With native ad spend looking to soar over the next few years, and a big name like Forbes breaking down previously inviolable ground by hosting a native ad on its actual cover, the format and its advocates are impossible to ignore.

But when the line between what is authentic content and branded content is so blurred it’s hard to tell the difference between the two, native advertising can create distrust of the genuine content and the hosting media space itself. We have written previously on this, that native advertising risks losing the trust of those consumers that are worth so much to the media owners (let alone the advertising industry). And we aren’t the only ones who think so. Late last year Snapchat weighed into the debate by stating that they won’t be muddying the water between authentic (in their case, consumer created) content and brand content. According to the Chief Operating Officer, Emily White, users ‘don’t like to be tricked’. And you know, we have to admit that we agree with that sentiment. The great New York Times media writer David Carr put it best when he said that: “Publishers might build a revenue ledge through innovation of the advertising format, but the confusion that makes it work often diminishes the host publication’s credibility.”

So, with that fairly large trust issue to get around, what are the counterweight positives that are convincing marketers and media space owners alike to turn native?

  • A good native advert can provide value to the user and advertiser alike. A great example of this can be found on Instructables and their brand spaces. Seamless content, with a focus on value for all parties. The brands are at the centre of things, but in a good, non-intrusive way.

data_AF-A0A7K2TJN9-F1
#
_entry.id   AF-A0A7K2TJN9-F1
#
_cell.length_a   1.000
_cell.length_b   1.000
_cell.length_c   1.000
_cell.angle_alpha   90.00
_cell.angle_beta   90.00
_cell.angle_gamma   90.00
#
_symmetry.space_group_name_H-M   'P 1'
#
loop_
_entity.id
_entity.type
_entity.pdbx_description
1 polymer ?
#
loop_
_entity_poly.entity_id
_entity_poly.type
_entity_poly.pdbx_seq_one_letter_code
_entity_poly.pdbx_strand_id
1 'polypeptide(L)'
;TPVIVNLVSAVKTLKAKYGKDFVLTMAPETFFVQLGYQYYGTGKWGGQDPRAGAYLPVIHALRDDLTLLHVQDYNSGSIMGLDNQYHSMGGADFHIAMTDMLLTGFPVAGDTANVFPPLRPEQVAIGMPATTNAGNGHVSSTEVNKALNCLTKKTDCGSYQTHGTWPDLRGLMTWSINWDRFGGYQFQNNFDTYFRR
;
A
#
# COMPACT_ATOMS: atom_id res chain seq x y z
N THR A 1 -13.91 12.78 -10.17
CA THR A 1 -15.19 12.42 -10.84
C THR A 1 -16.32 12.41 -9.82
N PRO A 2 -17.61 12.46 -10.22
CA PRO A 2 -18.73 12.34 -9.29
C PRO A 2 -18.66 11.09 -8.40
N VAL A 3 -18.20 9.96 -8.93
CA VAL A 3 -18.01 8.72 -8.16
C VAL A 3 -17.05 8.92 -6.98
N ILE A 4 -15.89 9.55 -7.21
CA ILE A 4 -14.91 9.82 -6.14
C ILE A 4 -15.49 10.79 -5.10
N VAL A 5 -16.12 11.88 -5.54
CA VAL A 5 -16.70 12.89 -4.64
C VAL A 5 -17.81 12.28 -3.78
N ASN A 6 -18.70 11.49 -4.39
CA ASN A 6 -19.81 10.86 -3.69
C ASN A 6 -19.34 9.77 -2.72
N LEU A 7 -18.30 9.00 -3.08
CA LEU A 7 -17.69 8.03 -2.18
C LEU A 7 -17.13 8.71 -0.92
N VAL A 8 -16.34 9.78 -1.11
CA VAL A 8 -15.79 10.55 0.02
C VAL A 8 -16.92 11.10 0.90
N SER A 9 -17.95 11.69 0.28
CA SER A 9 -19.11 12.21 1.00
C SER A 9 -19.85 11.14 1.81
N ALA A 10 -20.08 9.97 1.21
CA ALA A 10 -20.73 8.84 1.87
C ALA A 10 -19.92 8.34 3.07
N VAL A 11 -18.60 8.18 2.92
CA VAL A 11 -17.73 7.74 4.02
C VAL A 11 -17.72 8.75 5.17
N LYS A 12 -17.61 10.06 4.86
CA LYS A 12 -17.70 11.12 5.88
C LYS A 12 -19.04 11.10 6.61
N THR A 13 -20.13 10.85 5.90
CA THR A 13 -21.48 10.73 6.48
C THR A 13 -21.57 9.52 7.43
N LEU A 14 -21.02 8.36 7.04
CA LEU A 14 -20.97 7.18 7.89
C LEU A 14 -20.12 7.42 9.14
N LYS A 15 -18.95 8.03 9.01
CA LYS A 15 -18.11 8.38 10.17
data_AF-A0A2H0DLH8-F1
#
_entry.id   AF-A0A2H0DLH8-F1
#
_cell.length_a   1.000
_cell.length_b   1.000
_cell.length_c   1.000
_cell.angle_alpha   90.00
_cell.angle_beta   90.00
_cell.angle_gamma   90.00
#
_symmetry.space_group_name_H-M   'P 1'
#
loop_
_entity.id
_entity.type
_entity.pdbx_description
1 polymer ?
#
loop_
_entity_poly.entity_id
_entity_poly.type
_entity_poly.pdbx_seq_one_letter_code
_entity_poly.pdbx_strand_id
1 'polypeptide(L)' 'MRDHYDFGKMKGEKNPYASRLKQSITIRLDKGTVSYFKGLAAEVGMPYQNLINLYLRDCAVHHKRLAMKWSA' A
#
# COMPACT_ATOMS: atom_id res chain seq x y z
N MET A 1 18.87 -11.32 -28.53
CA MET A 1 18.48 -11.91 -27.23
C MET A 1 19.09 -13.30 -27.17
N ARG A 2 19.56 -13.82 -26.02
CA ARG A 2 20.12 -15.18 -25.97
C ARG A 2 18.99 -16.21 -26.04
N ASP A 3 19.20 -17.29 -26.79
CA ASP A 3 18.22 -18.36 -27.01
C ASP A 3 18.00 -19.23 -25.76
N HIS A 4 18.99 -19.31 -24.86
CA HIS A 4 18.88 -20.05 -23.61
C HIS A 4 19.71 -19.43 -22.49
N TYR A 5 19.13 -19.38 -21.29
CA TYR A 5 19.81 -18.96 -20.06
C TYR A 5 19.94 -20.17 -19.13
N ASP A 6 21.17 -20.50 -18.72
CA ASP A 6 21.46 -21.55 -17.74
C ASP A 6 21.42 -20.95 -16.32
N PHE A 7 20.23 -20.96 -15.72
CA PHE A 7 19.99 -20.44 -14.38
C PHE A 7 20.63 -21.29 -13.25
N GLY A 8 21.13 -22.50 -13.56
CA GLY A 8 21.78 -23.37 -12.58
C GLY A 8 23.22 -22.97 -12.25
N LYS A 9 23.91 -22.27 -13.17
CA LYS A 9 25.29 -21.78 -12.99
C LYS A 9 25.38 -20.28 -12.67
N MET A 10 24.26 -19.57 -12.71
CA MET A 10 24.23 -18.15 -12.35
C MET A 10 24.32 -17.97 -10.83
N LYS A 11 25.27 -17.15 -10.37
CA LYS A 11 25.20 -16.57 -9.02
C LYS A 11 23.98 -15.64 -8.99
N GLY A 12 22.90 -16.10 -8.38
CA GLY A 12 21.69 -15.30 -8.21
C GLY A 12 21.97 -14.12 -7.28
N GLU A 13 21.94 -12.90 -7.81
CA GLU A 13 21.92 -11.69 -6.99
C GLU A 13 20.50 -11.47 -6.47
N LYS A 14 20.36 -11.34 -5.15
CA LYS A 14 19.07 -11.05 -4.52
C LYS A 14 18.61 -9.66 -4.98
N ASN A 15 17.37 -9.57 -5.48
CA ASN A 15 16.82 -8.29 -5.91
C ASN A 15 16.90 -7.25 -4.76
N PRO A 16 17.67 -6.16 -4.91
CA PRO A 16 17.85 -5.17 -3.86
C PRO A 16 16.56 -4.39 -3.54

• As a reaction to the original advertising formats on the internet, native advertising kind of makes sense. Those ads, first static banner adverts and then *shudder* pop-ups, were intrusive. Native advertising is permissive. Misleadingly so you might argue, but native ads become part of the wallpaper and, importantly, do not disrupt the experience of the user.
  • Advertising on the internet has an issue with trust. And while you could argue that native advertising will only make that worse in the long run, it goes some way to explaining why advertisers are in a rush to take advantage of a means of fixing that issue.

The Internet Advertising Bureau recently released a set of guidelines, encouraging the industry ‘to label ads which have been devised to appear like editorial’ (Labelling a native ad to clearly signpost it as an advert? Wouldn’t that make it an ‘advert’?). But despite that we appear to have the perfect conditions for a good old fashioned advertising gold rush, one that will see marketing budgets flock to a format that, for the moment, works and appeals to the content creation/engagement zeitgeist. However, what it does to the long term credibility of the industry remains to be seen.